17 Apr. 2020, the book launch: my thanks for your support – and our adventures

The author Margaret Bird writes:

Publication Day for Mary Hardy and her World 1773–1809 remains 23 April 2020. But the book launch party, long arranged for 17 April, was cancelled a month ago owing to the Coronavirus pandemic. I wish to record my thanks here, now that I can no longer tell people in person.

The invited guests, more than one hundred strong, were individually notified as soon as the decision was made. We were to have gathered in the Hostry of Norwich Cathedral where the launch of the Diary volumes had taken place in April 2013.

The speakers

Diary launch speakers 2013

The speakers at the launch of The Diary of Mary Hardy in 2013: (l to r) Caroline Holland, a descendant of Mary Hardy; the editor Margaret Bird; and the Hon. Archivist of the Norfolk Wherry Trust and volunteer skipper Michael Sparkes

The speakers this time were to be John Phelps, a descendant of Mary Hardy, Professor Richard G. Wilson, former Director of the Centre of East Anglian Studies at the University of East Anglia and renowned brewery historian, and myself as the author.

The provincial daily newspaper the Eastern Daily Press marked the launch online with a full illustrated feature by Rowan Mantell, later published as a double spread in the printed edition of 18 April 2020:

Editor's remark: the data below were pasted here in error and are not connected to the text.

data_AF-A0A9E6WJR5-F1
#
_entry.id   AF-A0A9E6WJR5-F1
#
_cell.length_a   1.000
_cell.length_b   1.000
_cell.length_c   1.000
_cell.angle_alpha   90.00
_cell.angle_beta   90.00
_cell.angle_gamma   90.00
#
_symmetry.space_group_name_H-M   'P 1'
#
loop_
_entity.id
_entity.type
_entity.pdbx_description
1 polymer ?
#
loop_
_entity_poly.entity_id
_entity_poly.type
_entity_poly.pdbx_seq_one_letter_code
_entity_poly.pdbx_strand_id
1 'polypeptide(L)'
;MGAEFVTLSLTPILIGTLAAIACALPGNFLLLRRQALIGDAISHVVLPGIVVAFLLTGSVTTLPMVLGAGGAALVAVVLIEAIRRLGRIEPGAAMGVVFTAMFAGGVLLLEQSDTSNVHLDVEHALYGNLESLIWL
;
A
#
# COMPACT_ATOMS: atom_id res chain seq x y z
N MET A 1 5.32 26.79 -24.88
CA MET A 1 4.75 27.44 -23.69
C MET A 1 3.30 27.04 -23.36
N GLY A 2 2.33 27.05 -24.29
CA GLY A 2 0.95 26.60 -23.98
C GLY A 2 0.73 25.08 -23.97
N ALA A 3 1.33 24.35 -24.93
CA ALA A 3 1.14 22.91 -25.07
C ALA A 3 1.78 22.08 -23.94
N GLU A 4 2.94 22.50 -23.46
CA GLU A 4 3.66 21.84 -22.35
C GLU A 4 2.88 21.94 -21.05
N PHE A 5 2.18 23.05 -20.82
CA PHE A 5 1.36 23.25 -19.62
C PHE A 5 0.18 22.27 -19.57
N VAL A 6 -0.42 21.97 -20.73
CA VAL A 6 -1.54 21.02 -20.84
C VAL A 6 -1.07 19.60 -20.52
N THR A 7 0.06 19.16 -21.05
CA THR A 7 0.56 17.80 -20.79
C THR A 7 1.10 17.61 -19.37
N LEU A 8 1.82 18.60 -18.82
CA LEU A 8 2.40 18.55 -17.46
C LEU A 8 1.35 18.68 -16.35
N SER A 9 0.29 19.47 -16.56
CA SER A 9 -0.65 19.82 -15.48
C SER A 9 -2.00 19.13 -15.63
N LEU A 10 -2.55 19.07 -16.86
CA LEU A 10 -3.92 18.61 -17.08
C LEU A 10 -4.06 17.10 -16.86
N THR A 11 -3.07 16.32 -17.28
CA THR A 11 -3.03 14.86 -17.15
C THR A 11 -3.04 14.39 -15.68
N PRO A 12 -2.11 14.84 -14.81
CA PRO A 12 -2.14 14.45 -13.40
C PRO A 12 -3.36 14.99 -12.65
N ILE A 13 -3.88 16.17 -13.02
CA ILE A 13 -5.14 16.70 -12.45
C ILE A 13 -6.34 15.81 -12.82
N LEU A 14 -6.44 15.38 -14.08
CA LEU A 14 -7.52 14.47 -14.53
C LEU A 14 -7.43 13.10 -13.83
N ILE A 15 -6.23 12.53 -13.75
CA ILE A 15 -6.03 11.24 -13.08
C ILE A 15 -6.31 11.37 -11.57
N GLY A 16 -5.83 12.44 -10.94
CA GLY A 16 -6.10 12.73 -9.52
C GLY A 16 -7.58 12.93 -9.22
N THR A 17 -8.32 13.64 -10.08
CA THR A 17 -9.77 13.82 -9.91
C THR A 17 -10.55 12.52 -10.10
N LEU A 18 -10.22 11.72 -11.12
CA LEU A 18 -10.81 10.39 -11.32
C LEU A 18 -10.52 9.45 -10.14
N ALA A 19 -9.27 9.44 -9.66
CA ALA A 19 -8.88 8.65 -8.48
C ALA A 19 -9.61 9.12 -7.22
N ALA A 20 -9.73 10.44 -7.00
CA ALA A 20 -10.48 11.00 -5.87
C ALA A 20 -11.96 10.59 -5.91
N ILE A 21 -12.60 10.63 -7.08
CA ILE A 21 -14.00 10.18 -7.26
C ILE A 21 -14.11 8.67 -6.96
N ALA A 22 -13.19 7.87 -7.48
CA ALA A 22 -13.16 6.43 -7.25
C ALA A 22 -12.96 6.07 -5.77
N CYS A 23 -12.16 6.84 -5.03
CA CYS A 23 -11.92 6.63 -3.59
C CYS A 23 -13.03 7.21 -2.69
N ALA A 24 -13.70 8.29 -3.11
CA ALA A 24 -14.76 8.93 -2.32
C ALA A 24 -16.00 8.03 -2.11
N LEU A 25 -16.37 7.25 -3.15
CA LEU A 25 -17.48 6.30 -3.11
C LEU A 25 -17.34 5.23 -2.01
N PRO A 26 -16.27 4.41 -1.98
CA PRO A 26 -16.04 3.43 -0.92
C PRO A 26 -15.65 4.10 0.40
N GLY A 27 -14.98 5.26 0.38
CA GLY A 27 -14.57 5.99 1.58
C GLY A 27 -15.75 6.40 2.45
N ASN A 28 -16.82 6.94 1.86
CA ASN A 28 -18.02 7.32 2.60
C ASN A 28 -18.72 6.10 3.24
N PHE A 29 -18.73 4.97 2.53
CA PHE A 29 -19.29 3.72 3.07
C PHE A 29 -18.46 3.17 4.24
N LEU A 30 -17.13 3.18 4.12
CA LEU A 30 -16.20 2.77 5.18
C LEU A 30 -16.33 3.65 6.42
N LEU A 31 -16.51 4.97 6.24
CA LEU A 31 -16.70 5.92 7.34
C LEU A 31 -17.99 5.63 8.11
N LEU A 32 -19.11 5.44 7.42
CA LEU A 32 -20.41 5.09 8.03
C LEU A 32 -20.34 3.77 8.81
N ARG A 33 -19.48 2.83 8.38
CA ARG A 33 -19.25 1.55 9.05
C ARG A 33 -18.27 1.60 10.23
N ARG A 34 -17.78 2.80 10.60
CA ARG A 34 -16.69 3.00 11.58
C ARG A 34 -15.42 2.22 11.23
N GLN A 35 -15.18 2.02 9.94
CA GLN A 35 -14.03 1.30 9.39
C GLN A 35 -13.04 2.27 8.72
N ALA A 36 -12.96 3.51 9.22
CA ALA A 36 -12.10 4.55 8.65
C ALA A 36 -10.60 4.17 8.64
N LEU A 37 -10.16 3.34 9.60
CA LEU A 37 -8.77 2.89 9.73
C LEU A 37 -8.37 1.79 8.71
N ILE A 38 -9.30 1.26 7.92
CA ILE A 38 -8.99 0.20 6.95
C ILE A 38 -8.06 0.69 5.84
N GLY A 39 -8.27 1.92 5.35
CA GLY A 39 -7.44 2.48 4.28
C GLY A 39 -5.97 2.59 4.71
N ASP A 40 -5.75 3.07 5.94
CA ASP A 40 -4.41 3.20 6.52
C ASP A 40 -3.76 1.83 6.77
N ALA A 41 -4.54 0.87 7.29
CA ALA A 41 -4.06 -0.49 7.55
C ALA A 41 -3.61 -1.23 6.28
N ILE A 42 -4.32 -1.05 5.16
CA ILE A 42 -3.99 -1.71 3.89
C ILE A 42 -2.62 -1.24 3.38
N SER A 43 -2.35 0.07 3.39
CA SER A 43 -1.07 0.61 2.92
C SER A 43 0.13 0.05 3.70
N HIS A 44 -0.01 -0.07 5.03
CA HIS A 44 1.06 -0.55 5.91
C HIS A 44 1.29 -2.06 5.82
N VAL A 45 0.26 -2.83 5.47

Rowan Mantell’s feature on Mary Hardy in the EDP

5800 published pages

All the guests had helped in various ways over the years of research, fieldwork and writing. I am immensely grateful to each one of you. Without you this mammoth 32-year project, resulting in more than 5800 published pages and a host of articles, could not have been completed. Thank you for waiting patiently, — very patiently.

volumes of Mary Hardy and her World

The four volumes of Mary Hardy and her World 1773–1809 contain more than 3300 pages

Adventures together

And thank you for the adventures we had together: sailing the wherry Albion on the Broads (seen at the banner); wading along the River Glaven offshoot in the tunnel built by the Hardys under the busy A148; water-divining, successfully, in the Letheringsett brewery yard; and sampling, often repeatedly, every Hardy public house still with its licence.

Above all I thank my family. My files are filled with pencilled transcripts in rounded, childish hands. My young sons worked alongside me in the record office and library. They noted down inscriptions on monuments in the churches we explored together on daily field trips and took hundreds of photographs.

William Hardy was Mary Hardy’s widower for two years. My husband Tony has been a Mary Hardy widower for 32 of our 52 years of marriage—and still cheerfully helps me even now.

Thank you to all our guests for staying the course with me. And I salute those who fell along the way, but whom I remember daily with huge affection.

Here’s a toast to ‘The Diarist Mary Hardy’


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Margaret Bird

Margaret Bird in 2016

The editor and author of the Mary Hardy volumes

You can read about the historian Margaret Bird on the link above

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